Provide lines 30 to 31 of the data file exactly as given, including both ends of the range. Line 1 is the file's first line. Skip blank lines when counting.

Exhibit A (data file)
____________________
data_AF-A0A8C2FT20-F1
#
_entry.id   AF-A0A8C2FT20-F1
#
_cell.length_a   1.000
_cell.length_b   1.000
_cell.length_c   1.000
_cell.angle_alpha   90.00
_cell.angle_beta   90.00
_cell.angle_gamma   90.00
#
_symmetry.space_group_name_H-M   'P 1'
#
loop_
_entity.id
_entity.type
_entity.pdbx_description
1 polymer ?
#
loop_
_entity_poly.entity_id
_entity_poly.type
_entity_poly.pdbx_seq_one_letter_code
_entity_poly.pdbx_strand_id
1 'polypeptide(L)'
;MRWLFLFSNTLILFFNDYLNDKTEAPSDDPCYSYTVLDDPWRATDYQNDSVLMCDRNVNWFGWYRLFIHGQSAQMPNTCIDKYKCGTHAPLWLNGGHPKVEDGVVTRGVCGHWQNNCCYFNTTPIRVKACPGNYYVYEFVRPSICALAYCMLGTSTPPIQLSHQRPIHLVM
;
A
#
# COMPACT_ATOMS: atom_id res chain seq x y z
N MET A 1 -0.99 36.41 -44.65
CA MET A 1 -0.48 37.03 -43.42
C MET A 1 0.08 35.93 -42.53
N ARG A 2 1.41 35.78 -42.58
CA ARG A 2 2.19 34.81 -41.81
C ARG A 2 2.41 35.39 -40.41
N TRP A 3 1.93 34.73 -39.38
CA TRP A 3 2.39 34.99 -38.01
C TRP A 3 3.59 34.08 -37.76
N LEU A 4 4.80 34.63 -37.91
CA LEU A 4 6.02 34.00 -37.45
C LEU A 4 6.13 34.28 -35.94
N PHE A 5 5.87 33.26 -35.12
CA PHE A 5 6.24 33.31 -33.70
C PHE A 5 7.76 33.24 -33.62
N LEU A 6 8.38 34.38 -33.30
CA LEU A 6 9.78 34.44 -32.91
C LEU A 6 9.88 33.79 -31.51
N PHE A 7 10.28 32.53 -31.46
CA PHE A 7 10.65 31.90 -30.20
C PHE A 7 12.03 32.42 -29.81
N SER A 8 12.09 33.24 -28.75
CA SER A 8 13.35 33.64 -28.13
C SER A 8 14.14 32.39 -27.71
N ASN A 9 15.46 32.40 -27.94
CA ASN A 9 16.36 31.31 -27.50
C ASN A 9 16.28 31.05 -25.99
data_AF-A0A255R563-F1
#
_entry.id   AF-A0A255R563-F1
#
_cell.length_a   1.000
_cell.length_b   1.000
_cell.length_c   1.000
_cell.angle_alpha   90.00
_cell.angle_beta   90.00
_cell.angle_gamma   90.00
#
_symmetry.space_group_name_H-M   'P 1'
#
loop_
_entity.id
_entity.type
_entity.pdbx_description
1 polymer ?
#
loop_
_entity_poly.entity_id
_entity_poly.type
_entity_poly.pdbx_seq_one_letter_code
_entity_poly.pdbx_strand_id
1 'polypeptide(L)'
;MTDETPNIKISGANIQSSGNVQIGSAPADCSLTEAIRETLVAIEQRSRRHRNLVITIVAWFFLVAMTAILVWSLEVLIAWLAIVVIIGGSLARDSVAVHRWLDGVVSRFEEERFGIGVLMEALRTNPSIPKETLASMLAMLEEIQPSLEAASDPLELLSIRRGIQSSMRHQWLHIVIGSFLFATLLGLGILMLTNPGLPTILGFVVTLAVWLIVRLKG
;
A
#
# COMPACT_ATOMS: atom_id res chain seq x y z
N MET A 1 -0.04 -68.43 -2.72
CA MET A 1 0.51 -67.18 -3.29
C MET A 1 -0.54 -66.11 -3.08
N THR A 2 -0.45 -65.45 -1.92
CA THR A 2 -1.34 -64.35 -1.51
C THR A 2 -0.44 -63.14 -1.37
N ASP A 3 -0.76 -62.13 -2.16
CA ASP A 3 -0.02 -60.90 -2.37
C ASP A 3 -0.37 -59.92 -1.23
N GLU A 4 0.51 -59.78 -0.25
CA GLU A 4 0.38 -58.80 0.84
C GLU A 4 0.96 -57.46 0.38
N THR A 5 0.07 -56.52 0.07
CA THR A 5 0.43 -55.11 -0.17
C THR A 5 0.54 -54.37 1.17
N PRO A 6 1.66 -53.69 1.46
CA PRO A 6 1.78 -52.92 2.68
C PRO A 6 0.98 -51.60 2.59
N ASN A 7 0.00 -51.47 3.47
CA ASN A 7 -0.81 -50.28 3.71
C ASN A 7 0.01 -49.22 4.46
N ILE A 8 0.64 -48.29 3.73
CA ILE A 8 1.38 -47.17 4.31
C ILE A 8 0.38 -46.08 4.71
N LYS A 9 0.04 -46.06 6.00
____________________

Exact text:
# COMPACT_ATOMS: atom_id res chain seq x y z
N MET A 1 -0.99 36.41 -44.65